As far as '90s animated shows go, Rugrats was among the most memorable, especially for millennials. As of today, Paramount+ has officially rebooted the nostalgic classic, bringing back the original baby voice cast and a bunch of new actors for the grown-up characters. The CG-animated series is still just as fun and adorable as you remember it, with a few new spins on the present-day Pickles, Carmichael, Finster, and DeVille families. Plus, there are fun nods back to the original series — like a reference to when Chuckie swallowed a watermelon seed!
Although the show is about babies, there are a few things you may want to know before watching the first season on Paramount+ with preschoolers and young grade schoolers. Keep reading for our thoughts.
What Parents May Want to Know About the Rugrats Reboot
- The babies are as mischievous as ever. Unsurprisingly, the babies get themselves into tons of impossibly perilous situations, whether in real life or during their imaginary play. Think: being chasing by a T-rex, driving a motorized car alone through town, and nearly falling from a 15-foot dinosaur figure. Some of the scenes may seem scarier than others depending on the viewer, but the babies keep it fairly light and, as always, there are happy endings and lessons learned along the way.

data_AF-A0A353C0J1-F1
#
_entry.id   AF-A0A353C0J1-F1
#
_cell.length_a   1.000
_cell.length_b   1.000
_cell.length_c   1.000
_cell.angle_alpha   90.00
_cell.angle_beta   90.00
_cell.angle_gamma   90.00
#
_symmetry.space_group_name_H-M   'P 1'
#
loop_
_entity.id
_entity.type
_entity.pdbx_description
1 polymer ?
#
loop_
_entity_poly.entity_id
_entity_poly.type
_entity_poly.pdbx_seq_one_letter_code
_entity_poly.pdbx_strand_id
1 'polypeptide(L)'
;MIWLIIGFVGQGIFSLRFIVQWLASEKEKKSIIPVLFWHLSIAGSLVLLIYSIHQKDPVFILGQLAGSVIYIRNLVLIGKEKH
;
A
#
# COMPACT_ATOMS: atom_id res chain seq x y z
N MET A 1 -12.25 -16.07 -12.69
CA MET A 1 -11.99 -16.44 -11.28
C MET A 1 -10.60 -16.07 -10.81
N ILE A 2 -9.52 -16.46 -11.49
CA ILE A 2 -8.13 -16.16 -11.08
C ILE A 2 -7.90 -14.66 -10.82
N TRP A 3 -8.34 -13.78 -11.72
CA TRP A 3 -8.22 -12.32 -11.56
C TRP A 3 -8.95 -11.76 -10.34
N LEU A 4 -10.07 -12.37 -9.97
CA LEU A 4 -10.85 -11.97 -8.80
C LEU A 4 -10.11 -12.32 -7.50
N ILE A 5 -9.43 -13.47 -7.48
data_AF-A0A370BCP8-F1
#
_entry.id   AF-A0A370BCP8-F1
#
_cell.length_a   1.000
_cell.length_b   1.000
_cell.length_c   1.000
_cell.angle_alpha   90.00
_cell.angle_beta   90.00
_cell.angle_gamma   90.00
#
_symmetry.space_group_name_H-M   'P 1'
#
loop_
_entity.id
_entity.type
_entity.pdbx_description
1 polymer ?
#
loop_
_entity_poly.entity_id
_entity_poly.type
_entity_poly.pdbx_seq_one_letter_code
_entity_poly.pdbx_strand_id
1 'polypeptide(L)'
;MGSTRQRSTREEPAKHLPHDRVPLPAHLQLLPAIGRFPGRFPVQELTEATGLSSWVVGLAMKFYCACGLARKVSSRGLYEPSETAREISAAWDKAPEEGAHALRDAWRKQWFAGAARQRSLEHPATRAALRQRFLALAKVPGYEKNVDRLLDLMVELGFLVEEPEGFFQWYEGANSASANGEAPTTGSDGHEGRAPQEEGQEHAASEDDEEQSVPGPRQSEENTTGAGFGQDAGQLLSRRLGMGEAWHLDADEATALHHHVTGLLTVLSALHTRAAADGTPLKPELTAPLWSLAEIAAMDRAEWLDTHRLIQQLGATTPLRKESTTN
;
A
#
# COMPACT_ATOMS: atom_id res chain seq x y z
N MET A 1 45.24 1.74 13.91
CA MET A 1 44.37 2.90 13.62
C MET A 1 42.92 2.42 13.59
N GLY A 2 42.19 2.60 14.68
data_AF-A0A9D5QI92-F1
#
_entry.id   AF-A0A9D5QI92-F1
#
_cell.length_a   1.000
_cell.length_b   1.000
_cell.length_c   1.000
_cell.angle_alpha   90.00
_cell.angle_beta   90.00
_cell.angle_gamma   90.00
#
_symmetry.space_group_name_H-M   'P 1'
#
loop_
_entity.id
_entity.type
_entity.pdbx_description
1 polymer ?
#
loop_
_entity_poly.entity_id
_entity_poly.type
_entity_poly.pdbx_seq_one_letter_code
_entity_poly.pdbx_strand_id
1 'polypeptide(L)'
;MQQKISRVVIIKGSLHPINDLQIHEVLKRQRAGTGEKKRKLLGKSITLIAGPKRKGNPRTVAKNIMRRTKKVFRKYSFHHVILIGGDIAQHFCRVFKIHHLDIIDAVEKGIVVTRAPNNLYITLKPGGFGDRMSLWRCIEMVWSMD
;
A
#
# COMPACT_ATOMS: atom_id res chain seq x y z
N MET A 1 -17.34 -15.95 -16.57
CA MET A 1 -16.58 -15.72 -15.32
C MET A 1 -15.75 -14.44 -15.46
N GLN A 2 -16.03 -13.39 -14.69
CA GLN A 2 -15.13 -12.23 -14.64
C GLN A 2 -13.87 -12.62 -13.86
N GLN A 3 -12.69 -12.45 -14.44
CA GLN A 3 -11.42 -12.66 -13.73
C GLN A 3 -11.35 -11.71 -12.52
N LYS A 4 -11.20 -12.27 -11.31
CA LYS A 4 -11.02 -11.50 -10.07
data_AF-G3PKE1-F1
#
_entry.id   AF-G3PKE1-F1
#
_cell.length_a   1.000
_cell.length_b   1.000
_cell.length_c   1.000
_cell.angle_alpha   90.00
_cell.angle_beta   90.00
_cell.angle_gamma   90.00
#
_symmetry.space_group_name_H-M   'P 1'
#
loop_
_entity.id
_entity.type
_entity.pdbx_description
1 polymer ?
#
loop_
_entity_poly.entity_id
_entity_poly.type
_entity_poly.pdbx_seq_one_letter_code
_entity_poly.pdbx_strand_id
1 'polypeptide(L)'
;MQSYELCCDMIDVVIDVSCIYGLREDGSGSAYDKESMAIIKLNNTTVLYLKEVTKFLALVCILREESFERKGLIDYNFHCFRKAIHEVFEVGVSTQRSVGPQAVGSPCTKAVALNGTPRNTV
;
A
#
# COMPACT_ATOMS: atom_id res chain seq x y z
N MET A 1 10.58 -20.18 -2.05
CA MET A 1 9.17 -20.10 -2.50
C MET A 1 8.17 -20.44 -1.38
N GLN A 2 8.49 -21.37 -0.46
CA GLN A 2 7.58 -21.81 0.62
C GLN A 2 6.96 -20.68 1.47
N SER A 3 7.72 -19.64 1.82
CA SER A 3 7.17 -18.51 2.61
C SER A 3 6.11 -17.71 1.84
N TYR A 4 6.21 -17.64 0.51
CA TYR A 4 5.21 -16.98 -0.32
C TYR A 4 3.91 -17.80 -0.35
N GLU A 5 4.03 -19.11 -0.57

- The babies are basically never supervised. While the premise of the show centers on the babies and their solo adventures, the lack of parental supervision is just as alarming as in the original series. It's not a huge deal, and likely something your young kids won't even notice or care about, but this fact could lend to a discussion with older kids about why it's important to stick to safe adults in certain settings and when to get the help of an adult in dangerous or scary situations.
- Angelica is still a mean character. As in the '90s series, Angelica is the "villain" for lack of a better term. Although there isn't any truly foul language, the cookie-obsessed kiddo insults the babies constantly, calling them names like "tinkle-heads" and "dumb babies." She's rude as ever, orders the babies around, disobeys rules, refuses to share, manipulates everyone, and is generally just the worst.
- There's a bit of sauciness when it comes to the adult relationships. Aside from mentions of exes and relationships in general, there's a string of scenes in the very first episode in which Grandpa Lou entertains quite a few potential suitors while he's supposed to be watching the kids. Most of it is completely harmless and some of the jokes and comments will likely go over young kids' heads, but it's worth noting.